United States of America, Plaintiff-appellee, v. Edward Bernard Watlington, Defendant-appellant, 74 F.3d 1234 (4th Cir. 1996)

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U.S. Court of Appeals for the Fourth Circuit - 74 F.3d 1234 (4th Cir. 1996) Submitted Dec. 14, 1995. Decided Jan. 9, 1996

William E. Martin, Federal Public Defender, William S. Trivette, Assistant Federal Public Defender, Greensboro, North Carolina, for Appellant. Walter C. Holton, Jr., United States Attorney, Benjamin H. White, Jr., First Assistant United States Attorney, Lisa Blue Boggs, Assistant United States Attorney, Greensboro, North Carolina, for Appellee.

Before ERVIN, Chief Judge, and WIDENER and WILKINS, Circuit Judges.



Edward Bernard Watlington appeals the revocation of his supervised release term and imposition by the district court of the maximum term of imprisonment for his conviction, on a guilty plea, of the charge of possession of a firearm by a felon, in violation of 18 U.S.C.A. Secs. 922(g) (1), 924(a) (2) (West Supp.1994). Watlington's attorney has filed a brief in accordance with Anders v. California, 386 U.S. 738 (1967), asserting that the revocation of Watlington's supervised release term was an abuse of discretion, and that the sentence imposed by the district judge was unduly harsh, but concluding that there were no meritorious grounds for appeal. Watlington was notified of his right to file an additional brief, which he failed to do.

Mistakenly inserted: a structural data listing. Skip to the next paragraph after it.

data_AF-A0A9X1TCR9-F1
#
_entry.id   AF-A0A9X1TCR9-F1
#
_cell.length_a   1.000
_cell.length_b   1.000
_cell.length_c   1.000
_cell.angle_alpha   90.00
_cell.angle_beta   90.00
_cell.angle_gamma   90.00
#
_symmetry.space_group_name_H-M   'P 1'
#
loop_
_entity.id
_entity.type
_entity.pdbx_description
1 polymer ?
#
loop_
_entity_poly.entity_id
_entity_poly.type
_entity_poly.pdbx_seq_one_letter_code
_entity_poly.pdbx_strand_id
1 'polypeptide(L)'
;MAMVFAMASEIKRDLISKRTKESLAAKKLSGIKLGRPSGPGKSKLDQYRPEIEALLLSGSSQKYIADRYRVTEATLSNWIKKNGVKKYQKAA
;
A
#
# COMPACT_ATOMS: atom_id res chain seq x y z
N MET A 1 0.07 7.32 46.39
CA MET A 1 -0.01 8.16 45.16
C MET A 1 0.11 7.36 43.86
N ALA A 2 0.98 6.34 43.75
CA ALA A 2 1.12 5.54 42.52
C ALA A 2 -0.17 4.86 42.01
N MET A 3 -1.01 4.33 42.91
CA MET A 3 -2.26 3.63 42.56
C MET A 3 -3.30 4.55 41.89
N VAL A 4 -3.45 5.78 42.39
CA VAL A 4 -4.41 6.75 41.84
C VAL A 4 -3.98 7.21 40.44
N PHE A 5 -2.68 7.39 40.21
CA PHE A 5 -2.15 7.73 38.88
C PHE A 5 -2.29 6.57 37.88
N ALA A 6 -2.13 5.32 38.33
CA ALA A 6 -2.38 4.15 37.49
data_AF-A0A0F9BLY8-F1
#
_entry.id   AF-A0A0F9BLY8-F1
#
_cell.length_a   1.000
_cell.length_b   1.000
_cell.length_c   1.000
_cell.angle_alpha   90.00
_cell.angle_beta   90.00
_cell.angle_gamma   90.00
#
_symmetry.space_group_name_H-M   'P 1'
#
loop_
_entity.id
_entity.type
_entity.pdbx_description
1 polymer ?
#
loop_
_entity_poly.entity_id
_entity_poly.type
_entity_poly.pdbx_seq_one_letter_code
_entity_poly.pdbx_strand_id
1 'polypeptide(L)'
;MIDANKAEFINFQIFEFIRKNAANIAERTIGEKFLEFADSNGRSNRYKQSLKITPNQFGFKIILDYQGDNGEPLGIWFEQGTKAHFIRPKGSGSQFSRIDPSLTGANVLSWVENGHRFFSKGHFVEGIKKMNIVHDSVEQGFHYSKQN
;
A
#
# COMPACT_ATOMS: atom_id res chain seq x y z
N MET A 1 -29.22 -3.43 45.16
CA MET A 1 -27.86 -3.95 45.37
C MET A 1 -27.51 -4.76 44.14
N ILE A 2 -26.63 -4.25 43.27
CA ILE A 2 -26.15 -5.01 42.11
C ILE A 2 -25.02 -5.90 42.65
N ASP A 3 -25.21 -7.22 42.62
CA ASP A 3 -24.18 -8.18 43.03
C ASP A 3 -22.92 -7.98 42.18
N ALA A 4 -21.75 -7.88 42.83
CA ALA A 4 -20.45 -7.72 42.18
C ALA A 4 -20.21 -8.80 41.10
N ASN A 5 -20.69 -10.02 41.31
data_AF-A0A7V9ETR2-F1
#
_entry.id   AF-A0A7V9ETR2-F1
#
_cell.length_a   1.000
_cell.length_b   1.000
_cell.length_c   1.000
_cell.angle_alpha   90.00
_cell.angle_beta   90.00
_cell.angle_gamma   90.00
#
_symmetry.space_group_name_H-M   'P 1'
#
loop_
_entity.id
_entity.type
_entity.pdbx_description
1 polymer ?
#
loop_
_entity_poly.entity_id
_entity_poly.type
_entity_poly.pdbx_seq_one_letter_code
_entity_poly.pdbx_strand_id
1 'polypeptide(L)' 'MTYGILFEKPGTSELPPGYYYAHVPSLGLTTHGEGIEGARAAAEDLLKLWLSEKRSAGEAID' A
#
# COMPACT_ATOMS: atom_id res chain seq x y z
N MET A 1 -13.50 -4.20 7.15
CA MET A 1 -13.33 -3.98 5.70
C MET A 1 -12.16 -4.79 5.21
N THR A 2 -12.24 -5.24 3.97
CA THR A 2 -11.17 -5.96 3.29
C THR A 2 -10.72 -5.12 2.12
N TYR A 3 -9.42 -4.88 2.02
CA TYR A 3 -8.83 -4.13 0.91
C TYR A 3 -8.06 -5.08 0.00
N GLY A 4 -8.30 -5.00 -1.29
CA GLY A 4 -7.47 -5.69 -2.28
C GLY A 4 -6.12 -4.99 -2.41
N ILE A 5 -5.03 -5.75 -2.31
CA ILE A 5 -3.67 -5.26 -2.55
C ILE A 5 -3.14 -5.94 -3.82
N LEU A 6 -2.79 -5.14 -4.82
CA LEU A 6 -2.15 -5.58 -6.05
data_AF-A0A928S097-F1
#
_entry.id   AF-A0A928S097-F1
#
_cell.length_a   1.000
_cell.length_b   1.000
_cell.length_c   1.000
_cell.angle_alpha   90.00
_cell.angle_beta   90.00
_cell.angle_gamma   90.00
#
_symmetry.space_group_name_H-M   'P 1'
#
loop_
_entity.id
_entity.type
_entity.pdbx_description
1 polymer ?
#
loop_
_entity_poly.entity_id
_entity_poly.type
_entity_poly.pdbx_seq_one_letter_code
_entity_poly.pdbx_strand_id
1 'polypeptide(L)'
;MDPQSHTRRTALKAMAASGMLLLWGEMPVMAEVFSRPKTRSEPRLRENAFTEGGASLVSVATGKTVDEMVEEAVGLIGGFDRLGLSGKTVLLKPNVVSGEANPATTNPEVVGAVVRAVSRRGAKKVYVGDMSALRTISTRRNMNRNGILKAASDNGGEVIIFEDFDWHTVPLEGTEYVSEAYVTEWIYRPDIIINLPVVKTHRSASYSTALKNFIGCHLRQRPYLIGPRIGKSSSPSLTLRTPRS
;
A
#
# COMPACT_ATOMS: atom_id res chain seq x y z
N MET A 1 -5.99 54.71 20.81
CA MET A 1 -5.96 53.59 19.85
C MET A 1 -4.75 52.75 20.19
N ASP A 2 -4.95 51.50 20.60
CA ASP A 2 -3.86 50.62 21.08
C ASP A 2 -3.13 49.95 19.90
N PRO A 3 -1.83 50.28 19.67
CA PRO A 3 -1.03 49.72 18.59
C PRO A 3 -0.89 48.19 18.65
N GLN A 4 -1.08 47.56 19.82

In accordance with the requirements of Anders, we have examined the entire record and find no meritorious issues for appeal. We find that the district court was well within its discretion to revoke Watlington's term of supervised release based on his stipulated violations of the conditions of such release, including several instances of possession of a controlled substance. See 18 U.S.C.A. Sec. 3583(e) (3) (West Supp.1995); United States v. Copley, 978 F.2d 829, 831 (4th Cir. 1992). Moreover, the court's revocation decision was not unduly harsh given the absence of persuasive evidence that Watlington would not continue to violate the conditions of his release. Finally, we find that Watlington's original sentence was properly calculated within the applicable guideline range. As such, the district judge's imposition of a sentence within that range does not state an appealable question under 18 U.S.C.A. Sec. 3742 (West 1985 & Supp.1995). See United States v. Porter, 909 F.2d 789, 794 (4th Cir. 1990).

This court requires that counsel inform his client, in writing, of his right to petition the Supreme Court of the United States for further review. If the client requests that a petition be filed, but counsel believes that such a petition would be frivolous, then counsel may move in this Court for leave to withdraw from representation. Counsel's motion must state that a copy thereof was served on the client. We dispense with oral argument because the facts and legal contentions are adequately presented in the materials before the court and argument would not aid the decisional process.